However, this latter point does have its own benefit. One of the problems in CIV (or in SMAC) is the shear tedium of managing a large number of cities. Making do with fewer makes the game more fun.

But, on the other hand, SMAC has two features which really screw the game up in SP: PODS and the Crawler upgrade "bug." Pods enable the human player to find and retrieve artifacts which are critical to staying even with AI in research. Fortunately, there is an option to turn this off, making the game that much harder.

Second, the ability to upgrade crawlers at a much lower cost than the cost of minerals for an SP makes it incredibly easy for the human player to beat the AI to any SP, given an equal start. I believe there is a consensus in this community that this is one bug that has to be fixed to make the game more balanced.
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Old March 25, 2001, 19:39   #14
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quote:

But if it's true that Civ doesn't have a Multiplayer mode then here's the one big advantage SMAC has over Civ


While civ does not have a multiplayer game in its oringinal form, it does have one in its Gold edition, so that concern is rested. Even so, I think that the oringinal civ version has the best single player of all modes of all games (civ1, gold, smac), except for ac multi.

quote:

Why? If you can't imagine miriam being "the great research mind" how can even try to pretend that the romans ever could fire off a nuke, or the chinese being the first with automobile?


Oh, but the thrill of recreating history is awesome. Its that very novelty (romans with nukes, etc) that make the game so fun and interesting.

quote:

The first is the increase in number of drones when the number of bases exceeds certain limits. The second is the loss of efficiency due to distance from the home base remains present regardless of SE choices


Ah, but that is a very minor change that has little to do with designer talent. I think those things can be edited in civ's data files, so I wouldn't make a final descision on it based on that.

quote:

Second, the ability to upgrade crawlers at a much lower cost than the cost of minerals for an SP makes it incredibly easy for the human player to beat the AI to any SP, given an equal start.


Yes, but if you beat an AI to an SP it can switch to another while keeping the previous research. Or it could simply cancel the whole thing in favor of a scout patrol. Nevermind, I see what you mean

I think it was mentioned that smac was the "new" and civ was the "old". And you could argue Tetris is the new and Chess was the old, but that wouldn't be correct. Because computer games are known to be disposable, a game that comes only a few years after the classic is known as ancient.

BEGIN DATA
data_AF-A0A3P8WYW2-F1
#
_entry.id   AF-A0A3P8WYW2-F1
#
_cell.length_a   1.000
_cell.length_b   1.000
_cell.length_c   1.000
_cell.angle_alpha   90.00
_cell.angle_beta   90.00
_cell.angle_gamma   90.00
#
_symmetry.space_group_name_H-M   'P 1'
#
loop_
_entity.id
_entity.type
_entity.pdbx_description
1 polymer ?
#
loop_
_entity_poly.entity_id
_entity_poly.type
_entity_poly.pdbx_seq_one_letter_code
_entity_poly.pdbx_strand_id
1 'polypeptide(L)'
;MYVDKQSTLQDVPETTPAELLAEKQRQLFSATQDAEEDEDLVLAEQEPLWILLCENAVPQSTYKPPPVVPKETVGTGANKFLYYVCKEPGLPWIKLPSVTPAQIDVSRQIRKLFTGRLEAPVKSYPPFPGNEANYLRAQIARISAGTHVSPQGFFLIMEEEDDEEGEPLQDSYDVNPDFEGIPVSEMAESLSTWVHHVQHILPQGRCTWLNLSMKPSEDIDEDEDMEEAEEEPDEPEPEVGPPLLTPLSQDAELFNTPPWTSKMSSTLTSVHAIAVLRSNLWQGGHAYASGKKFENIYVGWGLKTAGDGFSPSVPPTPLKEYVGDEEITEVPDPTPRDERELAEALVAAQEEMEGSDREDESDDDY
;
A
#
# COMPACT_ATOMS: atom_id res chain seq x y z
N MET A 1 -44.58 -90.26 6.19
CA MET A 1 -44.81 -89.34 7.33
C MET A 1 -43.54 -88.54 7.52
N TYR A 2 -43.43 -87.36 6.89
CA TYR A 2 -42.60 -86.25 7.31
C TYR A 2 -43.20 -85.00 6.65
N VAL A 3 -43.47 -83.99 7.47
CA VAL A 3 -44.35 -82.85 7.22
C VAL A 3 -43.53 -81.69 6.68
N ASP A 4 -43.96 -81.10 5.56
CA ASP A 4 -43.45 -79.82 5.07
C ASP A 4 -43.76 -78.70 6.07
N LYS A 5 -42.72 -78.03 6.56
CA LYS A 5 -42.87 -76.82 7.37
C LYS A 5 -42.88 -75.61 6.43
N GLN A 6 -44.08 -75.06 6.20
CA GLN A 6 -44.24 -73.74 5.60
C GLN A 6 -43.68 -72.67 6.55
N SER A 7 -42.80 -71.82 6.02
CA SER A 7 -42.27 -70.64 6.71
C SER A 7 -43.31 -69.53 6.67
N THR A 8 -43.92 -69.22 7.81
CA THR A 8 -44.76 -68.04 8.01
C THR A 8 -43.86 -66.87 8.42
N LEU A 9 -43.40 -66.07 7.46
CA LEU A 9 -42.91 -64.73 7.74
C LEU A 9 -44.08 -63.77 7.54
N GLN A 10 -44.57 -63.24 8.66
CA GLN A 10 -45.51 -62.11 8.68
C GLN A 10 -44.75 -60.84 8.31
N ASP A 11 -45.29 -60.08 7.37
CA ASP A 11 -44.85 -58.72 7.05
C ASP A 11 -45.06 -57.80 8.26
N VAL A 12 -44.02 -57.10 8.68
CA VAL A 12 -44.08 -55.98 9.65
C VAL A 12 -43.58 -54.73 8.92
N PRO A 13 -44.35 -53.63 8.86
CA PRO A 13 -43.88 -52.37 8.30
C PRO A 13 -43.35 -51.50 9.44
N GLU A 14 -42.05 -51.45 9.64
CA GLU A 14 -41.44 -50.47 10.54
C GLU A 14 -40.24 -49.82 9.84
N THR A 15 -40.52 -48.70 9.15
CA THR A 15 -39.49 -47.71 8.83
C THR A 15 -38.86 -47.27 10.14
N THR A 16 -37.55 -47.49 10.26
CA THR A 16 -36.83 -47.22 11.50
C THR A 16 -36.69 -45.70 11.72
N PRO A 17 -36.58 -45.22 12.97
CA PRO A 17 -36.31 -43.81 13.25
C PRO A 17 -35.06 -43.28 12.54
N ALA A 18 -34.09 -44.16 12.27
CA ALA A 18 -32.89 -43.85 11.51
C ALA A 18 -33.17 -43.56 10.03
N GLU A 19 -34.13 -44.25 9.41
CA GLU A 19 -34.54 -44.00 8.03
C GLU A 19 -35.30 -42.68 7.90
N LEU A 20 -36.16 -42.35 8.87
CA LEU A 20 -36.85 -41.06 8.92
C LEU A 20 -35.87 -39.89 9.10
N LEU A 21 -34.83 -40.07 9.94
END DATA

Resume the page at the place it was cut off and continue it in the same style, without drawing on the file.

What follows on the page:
edit- paragraph added and quotes shortened
[This message has been edited by SMACed (edited March 25, 2001).]
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Old March 25, 2001, 19:48   #15
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SMACed -- I think your arguement has veered from its original course. First, you claimed that the differences in SMAC vs. Civ were only aesthetic, but your arguement is really driving at the idea that what SMAC has implimented has made the game easier, or in your words "takes away skill".

Now, if you want to argue about which game is easier to beat I would probably agree that it is SMAC (against the AI), but the reason for this is because the game has added more features to manipulate that the AI can handle. Perhaps you haven't played multiplayer games or maybe just not enough to realize the skill involved in manipulating some of the features you've classified as "Makes MUCH easier, takes away skill".

I'm also baffled on how a feature that isn't even in CIV2 can detract from a "skill" when originally there was no such feature. Certainly there are features that weren't supposed to be available, such as the trading of a small base for a huge AI base, and are ridiculous to even included in the catagories you've mentioned.

I'm also confused about how some factions are "a complete waste" and are easy to exploit over time. I disagree, the unique faction attributes are not simply asthetic. If that were the case every faction would be played exactly the same which if you had played it you would recognize is not true. As I'm sure you know some factions can't choose certain SE choices which drastically changes their play style and window of opportunity. For instance, some factions can't pop boom or require golden ages to do so, which hinders their growth drastically.

I tend to disagree with you about SMAC being a straight war game as well. In fact I believe the game to be based far more on efficent economics that straight war. Try not building net nodes or energy banks and see what kind of army you can muster and how fast. Try not building formers or expanding your amount of bases. Try not changing any SE choices or manipulating your economy percentages. Try no crawlers. These are all economic aspects that factor into your ability to wage war.